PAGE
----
After writing a couple blog posts about strappy high heeled and wedge heeled sandals for women, my pal Cathy, who happens to be vegan and an Ironwoman triathlete a few times over, commented, “What about vegan sport sandals? I love sporty sandals!”
And who doesn’t? Sport sandals basically give you the freedom to go barefoot everywhere without hurting your feet! And does it make any sense to wear leather sandals in the water? Heck no, especially when there are so many vegan sport sandals that will outperform those made with animal skin any day.
So, this post is for all of you active guys and gals out there who are ramping up for summer fun in and out of the water.
(One caveat I’d like to make on the the shoes presented in this post: I’ve done a lot of research, including contacting the shoe manufacturers, and I have not conclusively been able to rule out if animal byproducts are used in the adhesives in some of these shoes. However, according to Wikipedia, glues that contain animal byproducts are more commonly found in products such as wooden musical instruments, gesso, and gelatin; not shoes. PETA says that animal-based glues are rarely used in shoes anymore because synthetic adhesives outperform them in consistency and flexibility. Thus, with this information, I focused on the sport sandals I could find that are made with manmade materials and do not contain animal skin.)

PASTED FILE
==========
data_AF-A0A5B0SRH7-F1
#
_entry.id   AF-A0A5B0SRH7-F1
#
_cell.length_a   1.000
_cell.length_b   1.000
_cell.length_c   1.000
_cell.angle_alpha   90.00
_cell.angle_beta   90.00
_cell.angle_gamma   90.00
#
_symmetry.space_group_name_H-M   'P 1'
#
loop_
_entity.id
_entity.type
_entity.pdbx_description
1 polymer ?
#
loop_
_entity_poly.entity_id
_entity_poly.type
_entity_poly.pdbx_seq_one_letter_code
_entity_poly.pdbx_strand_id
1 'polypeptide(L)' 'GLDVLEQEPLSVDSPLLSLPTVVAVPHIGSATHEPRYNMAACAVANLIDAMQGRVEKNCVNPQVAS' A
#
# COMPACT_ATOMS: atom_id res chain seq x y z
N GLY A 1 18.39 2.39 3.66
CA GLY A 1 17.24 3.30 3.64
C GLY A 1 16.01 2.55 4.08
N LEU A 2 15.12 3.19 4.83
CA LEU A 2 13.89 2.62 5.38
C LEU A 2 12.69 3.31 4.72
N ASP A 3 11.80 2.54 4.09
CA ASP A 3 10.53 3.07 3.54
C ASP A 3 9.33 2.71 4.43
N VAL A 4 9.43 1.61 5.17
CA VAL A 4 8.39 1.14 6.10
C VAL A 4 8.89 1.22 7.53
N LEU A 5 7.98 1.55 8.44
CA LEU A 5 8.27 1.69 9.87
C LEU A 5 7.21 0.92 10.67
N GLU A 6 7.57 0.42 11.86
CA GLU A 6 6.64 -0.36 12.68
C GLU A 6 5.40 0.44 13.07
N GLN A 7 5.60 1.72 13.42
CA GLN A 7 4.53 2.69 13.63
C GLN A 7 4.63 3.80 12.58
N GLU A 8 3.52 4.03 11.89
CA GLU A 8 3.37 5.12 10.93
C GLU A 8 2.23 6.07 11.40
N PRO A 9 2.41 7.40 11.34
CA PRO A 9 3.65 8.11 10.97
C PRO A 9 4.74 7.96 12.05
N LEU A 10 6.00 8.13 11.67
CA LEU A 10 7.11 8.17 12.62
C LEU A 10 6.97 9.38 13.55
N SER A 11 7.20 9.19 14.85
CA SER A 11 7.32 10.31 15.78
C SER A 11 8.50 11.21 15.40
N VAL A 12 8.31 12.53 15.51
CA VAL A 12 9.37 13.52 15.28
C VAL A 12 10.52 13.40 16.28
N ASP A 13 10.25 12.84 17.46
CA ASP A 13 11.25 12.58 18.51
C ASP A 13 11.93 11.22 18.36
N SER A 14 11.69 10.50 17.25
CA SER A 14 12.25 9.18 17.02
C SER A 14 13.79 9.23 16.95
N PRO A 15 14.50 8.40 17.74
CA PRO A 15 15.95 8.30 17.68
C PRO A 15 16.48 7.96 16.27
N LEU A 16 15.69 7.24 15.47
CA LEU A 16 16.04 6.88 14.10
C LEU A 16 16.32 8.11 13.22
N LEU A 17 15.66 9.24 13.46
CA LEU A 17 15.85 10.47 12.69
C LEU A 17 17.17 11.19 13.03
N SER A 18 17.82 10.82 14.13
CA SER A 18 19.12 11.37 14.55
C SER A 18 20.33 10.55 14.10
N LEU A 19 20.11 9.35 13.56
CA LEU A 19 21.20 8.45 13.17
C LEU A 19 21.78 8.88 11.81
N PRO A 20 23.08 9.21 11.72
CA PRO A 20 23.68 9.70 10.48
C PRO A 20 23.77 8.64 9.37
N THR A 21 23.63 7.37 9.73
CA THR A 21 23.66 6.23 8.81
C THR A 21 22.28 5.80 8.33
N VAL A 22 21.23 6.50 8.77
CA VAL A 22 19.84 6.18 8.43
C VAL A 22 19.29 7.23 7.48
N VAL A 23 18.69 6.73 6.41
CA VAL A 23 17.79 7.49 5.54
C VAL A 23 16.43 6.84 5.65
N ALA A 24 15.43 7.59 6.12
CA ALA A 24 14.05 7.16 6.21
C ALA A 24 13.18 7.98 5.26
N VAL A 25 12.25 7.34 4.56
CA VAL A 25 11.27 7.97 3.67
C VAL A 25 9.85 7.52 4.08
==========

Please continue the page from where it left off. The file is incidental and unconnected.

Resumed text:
And now for some historical context on athletic sandals as we know them today…
The History of Sport Sandals
The original sport sandals, Tevas were as revolutionary to the world of sandals as Nikes were to track and field shoes. In both cases, their invention was the result of an epiphany born of necessity.
Before Nikes came along, the best running shoes were the kind with metal cleats. Needless to say, those cleats didn’t lend themselves well to every kind of surface you might want to run on. The lightbulb moment came when Nike co-founder Bill Bowerman and his wife Barbara were making waffles for breakfast one morning in 1971.
They were brainstorming ideas on how to make traditional track shoes with good traction but without the use of metal cleats. As Barbara pulled a waffle off the waffle iron, Bill had an aha moment, and the famous Nike waffle soles were born. On that day, running shoes underwent a metamorphosis that would pave the way for a cultural revolution – today, sneakers have gone way beyond athletic shoes. (In other words, Air Jordans are Air Jordans not just because of Michael Jordan, but because some people like to make their own waffles.)
A Fashion Revolution Born on the Colorado River
The inspiration for Tevas originated from the same need to make something that already existed better. The year was 1982 and Mark Thatcher had a summer job working as a river guide on the Colorado River. River guides continuously make the transition from carrying rafts off of trailers, onto rocky shores, and into the river. They’re on the raft, then they’re out of the boat again, sometimes swimming, sometimes walking in the water on the riverbed, and then hauling the rafts ashore.
(As a side note, my mom is from Buena Vista, Colorado, a town on the Arkansas River, which is a mecca for river rafting and kayaking. So, you could say that this blog post about the origins and merits of semi-amphibious shoes is one that is dear to my heart and long overdue.)